The Balrog is a genius combination of lion, man and condor.  In no way does it resemble some underpaid extra walking around wearing recycled Halloween costumes and cracking a whip.


Giml– err Boromir is by far the worst interpretation here.  Forget that he looks more like a dwarf than a man; since when is the city of Gondor the fantasy equivalent of medieval Oslo?  This is how you envision an ambassador of man’s last hope?  On second thought, just give the Ring back to Sauron.

Animated Lord of the Rings?  Yeah, most of the time.

In all fairness to Ralph Bakshi, interpretation is a subjective matter of opinion and can be argued to no end.  I couldn’t say you’re in the wrong for giving the Ringwraiths weird mind control powers over horses.  Technically.  Production value on the other hand, is pretty damn cut and dry.  One might, for example, actually animate an animated film instead of filming live actors and then rotoscoping over them:

Sure, you could argue this is the result of budgetary and technological constraints.  At the same time though, this just feels like a cop out.  Why not produce the majority of the film this way?  It comes off as just plain lazy when, as with Saruman of Many Colors/Names, there is little consistency in its application.  The rotoscoped extras at The Prancing Pony are present throughout the scene, and while it’s staged less like a real pub and more like the worst football pregame ever, it looks retro in a bastardized Warhol kind of way.  But when you try to combine that same rotoscoped effect with traditional hand-drawn animation too much, the result is… awkward:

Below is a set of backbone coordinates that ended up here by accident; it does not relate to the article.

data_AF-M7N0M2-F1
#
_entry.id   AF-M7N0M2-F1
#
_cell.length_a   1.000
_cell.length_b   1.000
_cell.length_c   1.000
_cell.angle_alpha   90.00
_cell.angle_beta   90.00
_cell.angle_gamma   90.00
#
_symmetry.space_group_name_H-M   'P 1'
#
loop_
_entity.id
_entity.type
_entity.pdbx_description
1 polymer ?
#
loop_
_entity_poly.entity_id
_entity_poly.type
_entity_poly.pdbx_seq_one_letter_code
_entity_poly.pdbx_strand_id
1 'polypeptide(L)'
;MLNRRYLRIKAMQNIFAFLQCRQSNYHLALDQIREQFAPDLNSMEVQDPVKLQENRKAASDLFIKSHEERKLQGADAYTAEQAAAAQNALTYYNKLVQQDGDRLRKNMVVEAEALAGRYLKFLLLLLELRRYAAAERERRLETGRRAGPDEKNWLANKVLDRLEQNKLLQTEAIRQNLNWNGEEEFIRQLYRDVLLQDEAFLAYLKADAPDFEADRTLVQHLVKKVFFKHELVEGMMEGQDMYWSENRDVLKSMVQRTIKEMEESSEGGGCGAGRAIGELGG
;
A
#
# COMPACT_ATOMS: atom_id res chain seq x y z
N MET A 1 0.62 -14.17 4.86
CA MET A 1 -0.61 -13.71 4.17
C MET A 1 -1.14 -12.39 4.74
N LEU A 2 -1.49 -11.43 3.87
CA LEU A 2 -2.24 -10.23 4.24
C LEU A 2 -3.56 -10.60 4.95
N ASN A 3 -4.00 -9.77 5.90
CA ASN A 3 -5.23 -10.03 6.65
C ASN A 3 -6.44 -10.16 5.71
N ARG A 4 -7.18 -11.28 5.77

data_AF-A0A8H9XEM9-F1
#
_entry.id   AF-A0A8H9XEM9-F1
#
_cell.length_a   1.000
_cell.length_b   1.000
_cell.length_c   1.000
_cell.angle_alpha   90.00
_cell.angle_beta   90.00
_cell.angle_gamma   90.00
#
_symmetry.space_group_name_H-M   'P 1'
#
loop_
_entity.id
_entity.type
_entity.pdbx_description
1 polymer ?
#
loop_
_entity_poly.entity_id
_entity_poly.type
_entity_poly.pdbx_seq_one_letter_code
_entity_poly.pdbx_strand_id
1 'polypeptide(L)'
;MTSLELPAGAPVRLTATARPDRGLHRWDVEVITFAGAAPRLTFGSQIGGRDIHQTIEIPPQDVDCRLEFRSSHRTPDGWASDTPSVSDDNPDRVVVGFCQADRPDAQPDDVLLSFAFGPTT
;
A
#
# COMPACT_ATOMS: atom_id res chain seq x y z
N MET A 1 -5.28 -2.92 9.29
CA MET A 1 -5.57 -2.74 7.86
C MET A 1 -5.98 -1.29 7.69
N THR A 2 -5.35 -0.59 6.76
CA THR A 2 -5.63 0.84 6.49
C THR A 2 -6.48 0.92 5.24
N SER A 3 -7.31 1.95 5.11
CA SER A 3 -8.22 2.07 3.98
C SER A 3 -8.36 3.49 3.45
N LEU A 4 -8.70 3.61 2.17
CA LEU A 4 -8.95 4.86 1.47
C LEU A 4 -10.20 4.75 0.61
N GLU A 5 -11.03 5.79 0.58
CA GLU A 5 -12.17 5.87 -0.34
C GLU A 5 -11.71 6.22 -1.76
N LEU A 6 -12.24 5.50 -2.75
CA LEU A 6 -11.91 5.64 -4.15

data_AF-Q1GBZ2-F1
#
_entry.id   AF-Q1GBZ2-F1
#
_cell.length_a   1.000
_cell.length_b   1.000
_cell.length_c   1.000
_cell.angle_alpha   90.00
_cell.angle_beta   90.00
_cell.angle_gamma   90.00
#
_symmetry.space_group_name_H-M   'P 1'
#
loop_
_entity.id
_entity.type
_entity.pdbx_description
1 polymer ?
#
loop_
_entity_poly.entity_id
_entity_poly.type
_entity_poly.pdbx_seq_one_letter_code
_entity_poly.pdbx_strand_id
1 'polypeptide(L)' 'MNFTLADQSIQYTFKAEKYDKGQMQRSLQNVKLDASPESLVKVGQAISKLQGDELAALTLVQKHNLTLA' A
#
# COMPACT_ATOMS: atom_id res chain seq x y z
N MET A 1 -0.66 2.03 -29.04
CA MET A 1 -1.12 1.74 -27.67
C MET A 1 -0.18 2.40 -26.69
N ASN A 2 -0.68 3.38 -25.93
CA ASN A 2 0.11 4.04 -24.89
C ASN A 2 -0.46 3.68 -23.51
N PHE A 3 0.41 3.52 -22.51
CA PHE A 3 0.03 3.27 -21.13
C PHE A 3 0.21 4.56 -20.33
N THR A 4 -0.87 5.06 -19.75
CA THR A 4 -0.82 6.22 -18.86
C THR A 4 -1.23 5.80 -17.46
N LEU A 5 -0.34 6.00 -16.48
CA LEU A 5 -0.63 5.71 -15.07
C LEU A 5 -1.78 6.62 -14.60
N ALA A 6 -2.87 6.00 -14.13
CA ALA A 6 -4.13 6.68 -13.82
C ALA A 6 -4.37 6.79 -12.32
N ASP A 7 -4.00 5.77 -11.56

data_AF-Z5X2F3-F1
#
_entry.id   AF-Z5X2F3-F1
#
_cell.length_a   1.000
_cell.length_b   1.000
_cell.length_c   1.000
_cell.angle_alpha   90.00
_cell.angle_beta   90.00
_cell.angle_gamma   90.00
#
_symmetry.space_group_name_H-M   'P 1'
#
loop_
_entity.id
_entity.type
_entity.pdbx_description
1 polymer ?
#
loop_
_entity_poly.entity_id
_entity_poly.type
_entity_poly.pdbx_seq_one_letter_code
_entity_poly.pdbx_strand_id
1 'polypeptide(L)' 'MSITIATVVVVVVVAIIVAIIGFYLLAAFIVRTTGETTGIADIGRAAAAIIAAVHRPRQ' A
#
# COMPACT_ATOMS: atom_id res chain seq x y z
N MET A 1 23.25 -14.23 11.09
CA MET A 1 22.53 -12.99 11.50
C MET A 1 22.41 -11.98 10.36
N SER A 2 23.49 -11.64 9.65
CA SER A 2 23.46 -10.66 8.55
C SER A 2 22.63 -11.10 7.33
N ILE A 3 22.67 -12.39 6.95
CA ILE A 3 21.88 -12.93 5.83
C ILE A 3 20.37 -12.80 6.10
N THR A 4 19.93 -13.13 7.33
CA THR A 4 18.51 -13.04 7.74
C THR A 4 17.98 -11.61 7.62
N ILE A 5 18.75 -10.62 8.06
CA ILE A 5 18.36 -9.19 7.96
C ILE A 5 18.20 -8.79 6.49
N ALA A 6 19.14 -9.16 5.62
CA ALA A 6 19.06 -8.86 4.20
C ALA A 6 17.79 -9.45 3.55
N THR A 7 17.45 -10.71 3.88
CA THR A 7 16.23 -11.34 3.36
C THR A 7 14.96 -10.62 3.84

Rotoscoping the Prancing Pony’s extras worked because they were reduced to ancillary background characters, just filler and embellishment for the setting.  In the Mines of Moria, the result both sounds and looks bad.  There’s nothing wrong with cutting costs, so long as your end product doesn’t show it.  In other words, if your orcs look more like cheaply dressed cavemen and grunt like your sound design team was way too drunk and way too tapped of ideas, you’re probably pinching too hard.

It might not be fair, but the power of hindsight sure is fun!

I’d be remiss if I failed to acknowledge how much Peter Jackson owes to Ralph Bakshi’s Lord of the Rings.  The Hobbits’ first encounter with The Black Rider is a great example of this, right down to the staging and sound cues:

The task of adapting Tolkien’s mythology to film was a daunting one eleven years ago; I can’t imagine how impossible it seemed in 1978.  It’s easy to fall into the trap of constant comparison rather than taking the material at face value and accepting it for it is.  In some respects, Bakshi is actually more faithful to the mythology.  For example, he bothers to note that a considerable amount of time passes between Bilbo’s departure from the Shire and Frodo embarking on his own journey.  The problem is that an awkward montage of quickly-cut together shots draws more attention to itself than it should.  Some things just aren’t conducive to film.  I can’t fairly rip on Bakshi’s undertaking simply for how bold it must have seemed thirty some odd years ago, but I can’t give this a good grade, unless this is one of those experimental schools where you’re rewarded stickers for effort instead of quality.

Bakshi’s film has no real scale.  Rather than a growing sense of doom, The Lord of the Rings is covered in a constant fog of malaise, like a local access special re-broadcast on PBS.  It’s entirely possible that this was Bakshi’s intention.  It’s also entirely possible that this is just too damn depressing to watch in 2012.

Because I’d like to avoid rebranding this site as “One Blog to Rule Them All,” next week marks the beginning of a series of articles in which I show all the ways I rip off Cracked.com.  Cheers!